Updated: Apr 24
A large part of my work as a jewellery designer involves customizing bespoke rings, earrings and other types of jewellery for my clients. Where the piece of jewellery contains gemstones - whether precious gems (like diamonds, sapphires, emeralds, rubies or spinels) or semi-precious ones (like amethysts or citrines), large or small, coloured or colourless, clustered or a solitaire - part of this process involves discussing with my client how to set the gemstones into their piece of jewellery.
Whatever the design of the piece of jewellery, I will discuss with my client about what gemstone setting styles are available for their gemstones, how each style will make their piece of jewellery look, the complexity, sustainability and suitability of a particular setting style and the pros and cons of each. So all that said – what are some of these gemstone setting options available?
WHAT ARE THE DIFFERENT TYPES OF GEMSTONE SETTINGS?
Commonly used in a wedding ring design, channel setting is an ideal way to add something extra to your ring or other piece of jewellery. The gemstones in a channel setting are set in a row inside a channel or groove made from two strips of metal. The gemstones are placed side by side with no metal in between. One of the great advantages of using a channel setting, especially in a ring, is that the gemstones are usually set quite securely as they are secured by 2 strips of metal.
The issue with the channel setting is that they tend to trap dirt more and are slightly more difficult to clean than a prong set piece of jewellery, as the base of the gemstone is embedded in the jewellery piece and thus harder to reach. However, this problem is not insurmountable and can be resolved with a soft brush or an ultrasonic cleaner (provided the gemstone is one that can withstand cleaning in this machine – a good jeweller should be able to advise you on how your jewellery piece should be cleaned).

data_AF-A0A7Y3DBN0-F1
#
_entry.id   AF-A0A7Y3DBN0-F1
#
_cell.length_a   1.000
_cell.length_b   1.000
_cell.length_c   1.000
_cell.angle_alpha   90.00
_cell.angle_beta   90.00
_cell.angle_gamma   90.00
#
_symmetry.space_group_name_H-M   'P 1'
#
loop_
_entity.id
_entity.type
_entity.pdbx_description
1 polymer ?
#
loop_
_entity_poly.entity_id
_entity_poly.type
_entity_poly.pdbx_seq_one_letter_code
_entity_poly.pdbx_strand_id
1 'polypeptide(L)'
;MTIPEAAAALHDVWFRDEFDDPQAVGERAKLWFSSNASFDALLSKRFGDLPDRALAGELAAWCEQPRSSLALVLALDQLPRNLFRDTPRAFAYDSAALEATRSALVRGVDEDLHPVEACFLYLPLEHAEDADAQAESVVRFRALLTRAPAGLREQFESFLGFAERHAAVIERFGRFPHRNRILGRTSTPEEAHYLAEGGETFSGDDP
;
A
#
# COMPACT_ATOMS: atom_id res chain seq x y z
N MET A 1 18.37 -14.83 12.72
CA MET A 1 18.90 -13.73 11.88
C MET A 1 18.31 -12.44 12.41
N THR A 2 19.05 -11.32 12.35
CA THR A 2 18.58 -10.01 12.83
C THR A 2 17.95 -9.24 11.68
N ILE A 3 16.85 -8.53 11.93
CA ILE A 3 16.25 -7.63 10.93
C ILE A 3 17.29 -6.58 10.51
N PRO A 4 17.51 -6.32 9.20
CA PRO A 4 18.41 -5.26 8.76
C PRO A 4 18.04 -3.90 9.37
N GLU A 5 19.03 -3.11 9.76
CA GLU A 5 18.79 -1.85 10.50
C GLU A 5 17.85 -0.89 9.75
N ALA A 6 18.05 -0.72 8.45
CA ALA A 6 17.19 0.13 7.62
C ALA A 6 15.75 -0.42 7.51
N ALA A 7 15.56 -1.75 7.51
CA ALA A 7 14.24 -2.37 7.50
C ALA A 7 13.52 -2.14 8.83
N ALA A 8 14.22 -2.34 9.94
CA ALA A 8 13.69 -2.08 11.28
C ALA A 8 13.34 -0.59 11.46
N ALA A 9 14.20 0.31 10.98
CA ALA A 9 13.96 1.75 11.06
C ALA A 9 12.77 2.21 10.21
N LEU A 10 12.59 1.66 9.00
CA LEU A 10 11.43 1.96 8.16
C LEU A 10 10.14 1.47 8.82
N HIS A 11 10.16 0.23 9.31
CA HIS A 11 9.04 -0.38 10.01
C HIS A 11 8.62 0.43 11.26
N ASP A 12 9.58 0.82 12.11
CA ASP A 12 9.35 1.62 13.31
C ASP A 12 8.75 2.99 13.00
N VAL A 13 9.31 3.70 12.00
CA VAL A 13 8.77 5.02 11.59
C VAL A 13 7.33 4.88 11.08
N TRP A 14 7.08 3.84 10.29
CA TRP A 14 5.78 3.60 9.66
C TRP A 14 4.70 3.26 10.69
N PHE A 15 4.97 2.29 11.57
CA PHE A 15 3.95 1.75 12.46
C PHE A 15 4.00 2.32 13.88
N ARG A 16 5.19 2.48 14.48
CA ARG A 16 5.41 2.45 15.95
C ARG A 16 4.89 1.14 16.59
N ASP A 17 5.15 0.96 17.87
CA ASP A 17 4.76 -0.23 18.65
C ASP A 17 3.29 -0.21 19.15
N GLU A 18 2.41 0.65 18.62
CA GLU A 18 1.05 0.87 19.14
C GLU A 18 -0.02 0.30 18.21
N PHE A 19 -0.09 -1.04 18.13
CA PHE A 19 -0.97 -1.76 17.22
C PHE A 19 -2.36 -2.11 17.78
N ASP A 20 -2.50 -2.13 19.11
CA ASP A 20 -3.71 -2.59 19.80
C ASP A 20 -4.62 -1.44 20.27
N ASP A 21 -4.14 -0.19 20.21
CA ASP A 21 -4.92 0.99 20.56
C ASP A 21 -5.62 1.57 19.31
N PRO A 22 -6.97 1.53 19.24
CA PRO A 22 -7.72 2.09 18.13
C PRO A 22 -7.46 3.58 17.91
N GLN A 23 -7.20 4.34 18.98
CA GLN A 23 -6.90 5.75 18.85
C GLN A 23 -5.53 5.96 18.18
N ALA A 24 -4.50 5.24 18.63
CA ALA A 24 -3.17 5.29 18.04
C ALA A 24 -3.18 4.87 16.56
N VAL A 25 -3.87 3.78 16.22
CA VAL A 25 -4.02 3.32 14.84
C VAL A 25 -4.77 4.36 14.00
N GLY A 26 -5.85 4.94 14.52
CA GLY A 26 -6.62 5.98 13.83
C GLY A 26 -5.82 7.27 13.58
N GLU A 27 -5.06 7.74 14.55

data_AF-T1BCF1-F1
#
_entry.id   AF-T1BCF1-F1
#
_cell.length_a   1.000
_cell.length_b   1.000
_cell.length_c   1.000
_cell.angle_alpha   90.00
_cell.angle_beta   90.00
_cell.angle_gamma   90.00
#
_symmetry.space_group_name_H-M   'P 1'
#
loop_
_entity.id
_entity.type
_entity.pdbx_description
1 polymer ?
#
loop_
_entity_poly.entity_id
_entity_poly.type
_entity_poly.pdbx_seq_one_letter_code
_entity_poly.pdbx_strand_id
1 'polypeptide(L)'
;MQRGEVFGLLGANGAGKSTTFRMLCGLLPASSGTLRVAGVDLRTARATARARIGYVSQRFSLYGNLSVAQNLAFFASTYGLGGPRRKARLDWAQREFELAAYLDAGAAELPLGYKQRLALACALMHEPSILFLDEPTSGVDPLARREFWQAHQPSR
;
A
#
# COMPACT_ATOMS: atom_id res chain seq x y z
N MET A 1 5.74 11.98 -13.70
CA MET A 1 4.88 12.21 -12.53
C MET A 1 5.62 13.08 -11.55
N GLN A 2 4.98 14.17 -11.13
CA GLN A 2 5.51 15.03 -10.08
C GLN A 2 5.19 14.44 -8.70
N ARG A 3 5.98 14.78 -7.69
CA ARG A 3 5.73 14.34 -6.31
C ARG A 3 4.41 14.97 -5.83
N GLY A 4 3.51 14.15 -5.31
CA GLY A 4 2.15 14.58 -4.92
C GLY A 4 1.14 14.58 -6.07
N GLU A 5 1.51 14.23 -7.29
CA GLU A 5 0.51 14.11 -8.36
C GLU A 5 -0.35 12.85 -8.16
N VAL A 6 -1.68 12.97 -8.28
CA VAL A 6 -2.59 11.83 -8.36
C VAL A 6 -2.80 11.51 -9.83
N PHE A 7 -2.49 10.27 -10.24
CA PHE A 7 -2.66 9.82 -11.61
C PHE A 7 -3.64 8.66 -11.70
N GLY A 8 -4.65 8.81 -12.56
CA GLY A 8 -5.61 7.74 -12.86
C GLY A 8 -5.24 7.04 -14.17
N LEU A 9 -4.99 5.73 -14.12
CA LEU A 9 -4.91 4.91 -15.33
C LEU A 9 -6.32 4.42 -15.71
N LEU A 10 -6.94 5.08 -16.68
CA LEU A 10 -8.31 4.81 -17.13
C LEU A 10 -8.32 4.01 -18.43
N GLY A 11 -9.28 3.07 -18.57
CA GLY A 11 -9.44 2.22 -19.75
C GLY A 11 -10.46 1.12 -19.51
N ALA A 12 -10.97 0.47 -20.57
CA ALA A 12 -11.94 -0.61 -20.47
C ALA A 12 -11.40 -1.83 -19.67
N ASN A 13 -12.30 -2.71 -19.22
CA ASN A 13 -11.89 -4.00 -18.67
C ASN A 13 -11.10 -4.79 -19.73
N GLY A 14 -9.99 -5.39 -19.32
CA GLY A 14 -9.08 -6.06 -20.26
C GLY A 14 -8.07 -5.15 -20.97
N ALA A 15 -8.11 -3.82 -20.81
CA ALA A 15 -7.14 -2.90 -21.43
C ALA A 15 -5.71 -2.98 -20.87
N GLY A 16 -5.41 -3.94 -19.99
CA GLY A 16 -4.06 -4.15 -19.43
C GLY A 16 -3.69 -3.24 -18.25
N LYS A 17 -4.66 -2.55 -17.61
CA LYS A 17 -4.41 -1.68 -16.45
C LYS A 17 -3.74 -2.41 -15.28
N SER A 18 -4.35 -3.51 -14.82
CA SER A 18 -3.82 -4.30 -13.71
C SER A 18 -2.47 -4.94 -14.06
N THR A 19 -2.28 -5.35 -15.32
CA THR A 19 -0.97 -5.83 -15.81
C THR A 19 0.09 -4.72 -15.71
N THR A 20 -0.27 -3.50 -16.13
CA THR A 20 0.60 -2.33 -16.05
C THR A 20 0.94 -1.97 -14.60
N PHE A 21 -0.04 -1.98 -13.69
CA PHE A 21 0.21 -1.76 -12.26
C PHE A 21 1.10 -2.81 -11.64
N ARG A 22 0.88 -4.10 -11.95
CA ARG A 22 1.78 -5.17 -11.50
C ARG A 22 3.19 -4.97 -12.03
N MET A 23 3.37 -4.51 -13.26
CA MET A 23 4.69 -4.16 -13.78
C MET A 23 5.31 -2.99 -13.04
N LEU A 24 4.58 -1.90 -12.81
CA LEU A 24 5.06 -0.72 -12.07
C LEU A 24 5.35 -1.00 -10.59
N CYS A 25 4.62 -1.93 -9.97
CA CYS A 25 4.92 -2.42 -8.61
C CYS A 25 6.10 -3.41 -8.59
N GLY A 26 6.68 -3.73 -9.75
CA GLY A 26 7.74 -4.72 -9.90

Because of the way they secure the gemstones, channel set jewellery (especially relevant for rings) tend to be harder to repair or resize. In the process of doing so, even the best of bench jewellers risk bending or damaging the channels, and that may cause the gemstones to come loose. Hence, if you are choosing a channel set ring, ensure that the sizing is right. A good jeweller (like us at Joanne L ! ) will offer a ring fitting prior to delivery of the ring.
This one of the most popular and recognizable types of gemstone setting styles. This setting style reduces the amount of metal used, which is particularly useful when making gold or platinum jewellery pieces as such precious metals are expensive. This gemstone setting style allows more light to pass through a gemstone, which is especially important for a diamond.
Although one gemstone is set per prong head, this gemstone setting style can be used not only in a solitaire piece of jewellery, but also as part of a cluster of gemstones.
This jewellery setting style uses small stones that are held together by tiny prongs. There is no visible gap between the stones. This setting style gives the appearance of a ring which is solid, as though it were encrusted by the gems.
The pavé setting uses multiple smaller stones to cover a larger surface of jewellery, often a ring, pendant or earrings.
The gemstones, usually diamonds, are placed together without gaps in between. The jeweller then uses a sharp instrument to scoop the gold or platinum from the surface to keep the stones in place.
Traditionally used to set cabochon stones, the bezel setting comprises a ring or cup that surrounds the diamond or other gemstone, holding it in place. Bezel settings are very secure and the entire diamond or gem is wrapped by the gold or other metal. However, this results in a smaller surface area of the gemstone being revealed and reduces the light passing through the diamond or gemstone. Nevertheless, this is a very lovely and minimalistic setting, particularly pretty when used to set opaque or translucent gemstones.
Known also as a gypsy setting, this technique is a bit like the channel setting in that the gemstones are placed below surface level and embedded in the piece of jewellery. But unlike the channel setting, the gemstones are placed individually and set apart from each other.
SO WHAT NOW FROM HERE?
For more information on setting styles and if you would like to customise your very own bespoke piece of designer jewellery, do reach out to us here